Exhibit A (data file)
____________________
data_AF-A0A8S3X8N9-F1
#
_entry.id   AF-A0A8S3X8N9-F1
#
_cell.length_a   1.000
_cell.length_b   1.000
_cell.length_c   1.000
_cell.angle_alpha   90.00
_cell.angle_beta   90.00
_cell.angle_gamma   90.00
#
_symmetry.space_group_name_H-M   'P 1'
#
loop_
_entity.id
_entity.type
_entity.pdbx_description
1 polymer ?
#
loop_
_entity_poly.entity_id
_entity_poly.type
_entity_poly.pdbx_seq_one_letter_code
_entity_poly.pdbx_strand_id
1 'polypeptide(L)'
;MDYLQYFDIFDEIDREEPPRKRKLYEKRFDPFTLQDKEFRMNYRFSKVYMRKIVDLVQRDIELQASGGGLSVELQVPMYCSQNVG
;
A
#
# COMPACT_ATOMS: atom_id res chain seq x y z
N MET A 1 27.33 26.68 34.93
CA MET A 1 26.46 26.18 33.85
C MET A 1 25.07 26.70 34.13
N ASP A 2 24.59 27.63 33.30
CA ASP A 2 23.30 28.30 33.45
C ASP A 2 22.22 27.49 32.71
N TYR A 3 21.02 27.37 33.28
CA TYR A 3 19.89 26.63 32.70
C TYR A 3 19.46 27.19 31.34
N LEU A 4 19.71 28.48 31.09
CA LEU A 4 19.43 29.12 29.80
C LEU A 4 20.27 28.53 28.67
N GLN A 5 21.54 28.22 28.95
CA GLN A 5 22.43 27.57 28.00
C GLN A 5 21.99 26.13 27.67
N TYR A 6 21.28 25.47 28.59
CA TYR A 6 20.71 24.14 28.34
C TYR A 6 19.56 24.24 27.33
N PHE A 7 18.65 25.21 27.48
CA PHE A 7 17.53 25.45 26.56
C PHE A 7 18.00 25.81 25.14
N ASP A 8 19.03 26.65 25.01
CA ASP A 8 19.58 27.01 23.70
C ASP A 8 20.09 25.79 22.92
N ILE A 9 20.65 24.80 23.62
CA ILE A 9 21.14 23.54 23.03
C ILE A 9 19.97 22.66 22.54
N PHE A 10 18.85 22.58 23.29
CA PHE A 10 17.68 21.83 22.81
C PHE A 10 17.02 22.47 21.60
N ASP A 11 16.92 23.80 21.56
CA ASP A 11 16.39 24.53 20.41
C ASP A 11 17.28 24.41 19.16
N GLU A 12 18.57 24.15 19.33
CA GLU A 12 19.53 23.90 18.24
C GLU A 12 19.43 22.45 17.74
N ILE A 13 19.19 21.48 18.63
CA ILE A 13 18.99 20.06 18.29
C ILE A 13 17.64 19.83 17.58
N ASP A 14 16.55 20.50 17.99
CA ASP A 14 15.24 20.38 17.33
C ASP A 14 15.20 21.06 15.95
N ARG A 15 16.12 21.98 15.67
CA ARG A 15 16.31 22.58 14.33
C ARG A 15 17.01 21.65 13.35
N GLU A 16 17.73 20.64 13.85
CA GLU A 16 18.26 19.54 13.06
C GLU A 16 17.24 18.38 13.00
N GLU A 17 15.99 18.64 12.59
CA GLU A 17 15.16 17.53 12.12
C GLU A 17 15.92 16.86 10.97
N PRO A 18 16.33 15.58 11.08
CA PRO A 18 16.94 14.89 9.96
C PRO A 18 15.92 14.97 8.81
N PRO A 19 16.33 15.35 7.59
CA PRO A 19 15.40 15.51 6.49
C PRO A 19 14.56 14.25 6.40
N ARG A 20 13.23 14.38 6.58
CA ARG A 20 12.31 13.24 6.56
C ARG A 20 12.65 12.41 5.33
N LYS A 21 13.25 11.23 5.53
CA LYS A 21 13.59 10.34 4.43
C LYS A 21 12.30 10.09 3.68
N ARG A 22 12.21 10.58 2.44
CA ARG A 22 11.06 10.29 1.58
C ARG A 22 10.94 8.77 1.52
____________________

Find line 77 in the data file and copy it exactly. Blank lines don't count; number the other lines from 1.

CA GLU A 16 18.26 19.54 13.06